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Myanmar: Parliament to select country’s president on Tuesday

The new president is to take office on April 1.

In this Friday, March 11, 2016 photo, National League for Democracy (NLD) party leader Aung San Suu Kyi, second left, leaves Parliament building in Naypyitaw, Myanmar. A longtime confidante of Suu Kyi was confirmed Friday in a parliamentary vote as one of the three final candidates to be Myanmar's next president, albeit as a proxy for the Nobel laureate. (AP Photo/Aung Shine Oo, File) In this Friday, March 11, 2016 photo, National League for Democracy (NLD) party leader Aung San Suu Kyi, second left, leaves Parliament building in Naypyitaw, Myanmar. A longtime confidante of Suu Kyi was confirmed Friday in a parliamentary vote as one of the three final candidates to be Myanmar’s next president, albeit as a proxy for the Nobel laureate. (AP Photo/Aung Shine Oo, File)

Myanmar’s parliament votes Tuesday to pick the country’s next president from a group of three final candidates, including a front runner who is a longtime confidant of Nobel laureate Aung San Suu Kyi.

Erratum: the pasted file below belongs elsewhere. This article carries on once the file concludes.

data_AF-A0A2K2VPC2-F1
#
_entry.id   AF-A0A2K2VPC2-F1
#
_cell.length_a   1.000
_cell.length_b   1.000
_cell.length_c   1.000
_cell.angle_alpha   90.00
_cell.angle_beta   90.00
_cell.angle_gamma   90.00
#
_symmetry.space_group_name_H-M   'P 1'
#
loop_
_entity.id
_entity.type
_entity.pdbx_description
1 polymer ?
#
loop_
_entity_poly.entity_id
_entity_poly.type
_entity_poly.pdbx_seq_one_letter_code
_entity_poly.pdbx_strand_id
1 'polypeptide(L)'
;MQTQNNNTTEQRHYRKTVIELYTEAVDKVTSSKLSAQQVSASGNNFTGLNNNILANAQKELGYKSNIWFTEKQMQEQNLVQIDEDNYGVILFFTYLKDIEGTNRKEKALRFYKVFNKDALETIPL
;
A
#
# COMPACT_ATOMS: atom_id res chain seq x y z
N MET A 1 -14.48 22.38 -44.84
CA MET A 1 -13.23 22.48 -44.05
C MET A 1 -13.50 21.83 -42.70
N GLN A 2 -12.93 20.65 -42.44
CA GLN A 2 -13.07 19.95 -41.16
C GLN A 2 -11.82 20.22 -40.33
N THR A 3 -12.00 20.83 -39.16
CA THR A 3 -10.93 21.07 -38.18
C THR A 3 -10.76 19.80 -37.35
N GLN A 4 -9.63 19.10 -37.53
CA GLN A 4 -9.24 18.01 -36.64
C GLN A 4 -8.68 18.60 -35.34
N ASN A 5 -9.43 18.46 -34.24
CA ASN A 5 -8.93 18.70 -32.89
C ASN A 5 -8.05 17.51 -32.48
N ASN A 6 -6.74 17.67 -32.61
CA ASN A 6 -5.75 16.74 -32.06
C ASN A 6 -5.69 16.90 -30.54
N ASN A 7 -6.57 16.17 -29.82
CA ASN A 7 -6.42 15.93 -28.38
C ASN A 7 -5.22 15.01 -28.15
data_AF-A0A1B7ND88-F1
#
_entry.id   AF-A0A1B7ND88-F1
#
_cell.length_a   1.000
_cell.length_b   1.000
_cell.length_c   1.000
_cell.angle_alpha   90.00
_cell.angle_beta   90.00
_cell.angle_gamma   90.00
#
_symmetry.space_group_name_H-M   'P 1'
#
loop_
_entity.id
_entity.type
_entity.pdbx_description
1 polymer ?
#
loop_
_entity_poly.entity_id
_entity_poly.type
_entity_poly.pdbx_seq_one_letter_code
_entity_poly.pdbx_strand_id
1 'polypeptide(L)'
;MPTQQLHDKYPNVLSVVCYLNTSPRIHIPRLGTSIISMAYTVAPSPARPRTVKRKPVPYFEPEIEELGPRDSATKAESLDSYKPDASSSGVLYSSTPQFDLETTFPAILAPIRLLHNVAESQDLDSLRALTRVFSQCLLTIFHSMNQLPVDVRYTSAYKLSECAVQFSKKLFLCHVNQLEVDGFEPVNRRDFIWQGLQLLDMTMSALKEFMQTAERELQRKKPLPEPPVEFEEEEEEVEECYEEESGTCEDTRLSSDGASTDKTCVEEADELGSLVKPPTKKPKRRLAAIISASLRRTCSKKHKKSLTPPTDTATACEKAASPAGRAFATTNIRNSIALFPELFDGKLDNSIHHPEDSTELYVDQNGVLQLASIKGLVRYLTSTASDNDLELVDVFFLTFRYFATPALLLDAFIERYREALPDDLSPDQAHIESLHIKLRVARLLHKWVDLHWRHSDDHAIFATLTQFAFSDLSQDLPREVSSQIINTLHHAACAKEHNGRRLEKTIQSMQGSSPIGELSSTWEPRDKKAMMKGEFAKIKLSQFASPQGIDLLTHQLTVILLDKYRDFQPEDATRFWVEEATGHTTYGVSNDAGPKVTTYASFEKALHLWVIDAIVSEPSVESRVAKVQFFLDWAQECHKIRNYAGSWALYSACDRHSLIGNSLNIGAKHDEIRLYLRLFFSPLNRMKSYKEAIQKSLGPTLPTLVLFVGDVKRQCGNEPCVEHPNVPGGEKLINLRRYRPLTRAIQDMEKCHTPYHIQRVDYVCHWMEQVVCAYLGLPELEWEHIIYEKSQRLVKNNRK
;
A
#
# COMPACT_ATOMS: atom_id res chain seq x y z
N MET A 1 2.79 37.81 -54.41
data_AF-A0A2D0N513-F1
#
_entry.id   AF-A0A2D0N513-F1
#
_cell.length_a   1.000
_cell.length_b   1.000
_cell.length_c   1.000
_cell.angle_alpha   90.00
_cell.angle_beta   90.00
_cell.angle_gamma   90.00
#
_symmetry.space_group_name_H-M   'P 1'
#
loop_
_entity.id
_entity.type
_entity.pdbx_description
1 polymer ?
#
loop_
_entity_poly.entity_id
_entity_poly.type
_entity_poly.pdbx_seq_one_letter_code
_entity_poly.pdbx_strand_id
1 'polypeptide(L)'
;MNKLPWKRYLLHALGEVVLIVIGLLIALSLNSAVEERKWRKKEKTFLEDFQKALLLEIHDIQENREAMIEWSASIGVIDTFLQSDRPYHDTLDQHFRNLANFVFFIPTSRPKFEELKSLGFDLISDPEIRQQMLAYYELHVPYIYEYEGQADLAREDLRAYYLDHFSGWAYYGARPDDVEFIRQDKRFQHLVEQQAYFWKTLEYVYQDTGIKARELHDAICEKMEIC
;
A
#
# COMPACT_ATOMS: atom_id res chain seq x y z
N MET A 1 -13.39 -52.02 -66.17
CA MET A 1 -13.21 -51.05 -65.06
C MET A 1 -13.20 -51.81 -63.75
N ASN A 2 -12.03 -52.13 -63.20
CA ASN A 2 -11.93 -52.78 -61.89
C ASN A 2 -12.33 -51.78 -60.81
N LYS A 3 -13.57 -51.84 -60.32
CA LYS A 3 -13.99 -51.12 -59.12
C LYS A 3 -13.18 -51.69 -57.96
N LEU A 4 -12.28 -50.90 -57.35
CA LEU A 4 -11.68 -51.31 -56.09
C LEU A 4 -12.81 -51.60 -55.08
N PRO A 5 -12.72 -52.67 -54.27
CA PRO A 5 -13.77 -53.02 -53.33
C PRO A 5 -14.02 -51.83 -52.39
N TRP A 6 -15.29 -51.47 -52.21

Suu Kyi’s National League for Democracy party won overwhelming majorities in both houses of parliament in a November 8 general election and its lawmakers are expected to confirm party nominee Htin Kyaw as the country’s next leader.

The new president is to take office on April 1.

Myanmar’s electoral system requires that the president be chosen from candidates put forward by each of the two houses of parliament, and a third nominee from the military, which retains a quarter of the legislative seats.

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The other candidates are a second NLD nominee, Henry Van Tio, and the military’s candidate, Myint Swe, a retired lieutenant general.

Parliament speaker Mann Win Khaing Than announced Monday that the vote would take place Tuesday, after lawmakers confirmed that all three candidates were eligible.

The NLD’s huge victory reflected the widespread public support for Suu Kyi, who fought for decades to end dictatorship in Myanmar and remains her party’s unquestioned leader. She was awarded the Nobel Peace Prize while under house arrest in 1991.

Suu Kyi was detained for more than 15 years, mostly under house arrest, by a military junta that feared her political popularity.

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Myanmar’s constitution, written under the former junta’s direction, blocks Suu Kyi from becoming president because of a clause that excludes anyone with a foreign spouse or children. Suu Kyi’s two sons are British, as was her late husband. The clause is widely seen as having been written by the military with Suu Kyi in mind.

Suu Kyi has said she will be “above” the president and rule from behind the scenes, meaning that any NLD candidate would effectively be her proxy.

The new government will be Myanmar’s first to be democratically elected in more than half a century.

First published on: 14-03-2016 at 03:32:48 pm
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